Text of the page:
YNetNews By: Oded Shalom
Two settlers, a Palestinian and two leftist activists are opposed to the resumed construction of the security fence around Efrat; ‘We don’t want a fence to separate us,’ said the mayor.
We stood above Wadi Gilo, the bottom of which was too deep for us to see, and we futilely tried to enjoy the view. Not much is left of the original natural landscape. The tunnel highway crosses the valley south of the bridge, with Beit Jala perched above it. Opposite Beit Jala is Jerusalem’s Gilo neighborhood.
Yaron Rosenthal, principal of the Kfar Etzion Field School, lamented the destroyed terraces and the smashed rocks on Mount Gilo. Aviv Tatarsky, a left-wing activist and researcher at Ir Amim, opposed the Israeli appropriation of the ridge: “We know the place’s original name was Walaja Ridge.”
Three heavy drills bore into the slope. A jeep with security guards stopped next to us to find out what we were doing at the separation barrier construction site. A settler and two left-wing activists meet on a rocky hilltop in front of a settlement and Palestinian village. It sounds like the beginning of a confrontation, but this time it was a rare case of agreement between settlers, left-wing activists and Palestinians. Everyone here was against the barrier. Its construction was recently resumed on the prime minister’s order to immediately complete the fence around Jerusalem following a wave of attacks in recent months.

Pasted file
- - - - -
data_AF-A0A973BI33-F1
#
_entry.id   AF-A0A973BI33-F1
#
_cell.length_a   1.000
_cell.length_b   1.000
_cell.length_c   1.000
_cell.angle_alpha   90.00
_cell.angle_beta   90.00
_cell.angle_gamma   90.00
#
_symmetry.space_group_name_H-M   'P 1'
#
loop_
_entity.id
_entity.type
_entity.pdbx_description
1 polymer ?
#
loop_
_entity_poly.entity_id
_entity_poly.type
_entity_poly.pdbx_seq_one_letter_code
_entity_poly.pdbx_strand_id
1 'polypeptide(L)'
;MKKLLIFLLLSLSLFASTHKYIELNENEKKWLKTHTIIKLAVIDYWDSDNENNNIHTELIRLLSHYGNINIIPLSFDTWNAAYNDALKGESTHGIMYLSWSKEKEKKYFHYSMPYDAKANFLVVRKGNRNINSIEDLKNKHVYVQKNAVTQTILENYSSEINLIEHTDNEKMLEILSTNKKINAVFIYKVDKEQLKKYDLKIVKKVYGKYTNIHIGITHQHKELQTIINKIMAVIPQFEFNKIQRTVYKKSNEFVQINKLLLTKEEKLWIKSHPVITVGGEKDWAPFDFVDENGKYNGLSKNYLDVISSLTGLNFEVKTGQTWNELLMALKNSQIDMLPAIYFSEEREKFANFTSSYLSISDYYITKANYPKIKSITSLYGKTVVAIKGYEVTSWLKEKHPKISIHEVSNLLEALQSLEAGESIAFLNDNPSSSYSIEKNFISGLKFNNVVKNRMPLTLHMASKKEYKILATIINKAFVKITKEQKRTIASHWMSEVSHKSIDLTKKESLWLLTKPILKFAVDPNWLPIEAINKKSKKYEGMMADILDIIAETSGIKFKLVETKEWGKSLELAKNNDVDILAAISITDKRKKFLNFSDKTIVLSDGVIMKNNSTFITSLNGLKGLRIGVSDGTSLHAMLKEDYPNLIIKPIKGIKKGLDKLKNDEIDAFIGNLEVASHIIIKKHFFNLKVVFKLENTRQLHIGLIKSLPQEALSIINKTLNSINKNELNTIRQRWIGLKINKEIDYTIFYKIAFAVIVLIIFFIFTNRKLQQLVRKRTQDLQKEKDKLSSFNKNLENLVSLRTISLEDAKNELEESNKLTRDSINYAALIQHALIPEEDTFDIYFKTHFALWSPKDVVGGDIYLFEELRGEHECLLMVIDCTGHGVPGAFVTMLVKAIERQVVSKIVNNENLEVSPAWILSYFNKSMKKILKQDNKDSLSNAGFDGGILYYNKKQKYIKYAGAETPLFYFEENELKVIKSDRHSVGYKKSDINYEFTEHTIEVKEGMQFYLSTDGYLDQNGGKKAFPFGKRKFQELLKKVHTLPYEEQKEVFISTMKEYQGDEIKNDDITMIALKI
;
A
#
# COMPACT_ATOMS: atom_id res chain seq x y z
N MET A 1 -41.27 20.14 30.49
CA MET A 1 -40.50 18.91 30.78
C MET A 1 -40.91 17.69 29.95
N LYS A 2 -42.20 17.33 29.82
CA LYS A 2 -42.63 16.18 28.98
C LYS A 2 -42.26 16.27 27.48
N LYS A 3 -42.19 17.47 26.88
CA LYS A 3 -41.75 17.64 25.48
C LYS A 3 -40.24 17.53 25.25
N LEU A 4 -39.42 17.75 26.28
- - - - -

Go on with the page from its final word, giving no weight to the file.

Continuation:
Aviv Tatarsky and Dolev Sheleff tried unsuccessfully to help the Walaja residents in their struggle against the separation fence that is supposed to surround their village. Rosenthal, a settler, also opposed the fence, since it harms the environment and the rights of the Palestinian residents. Later he was joined by another opponent, Oded Revivi, who is the head of the Efrat Municipal Council.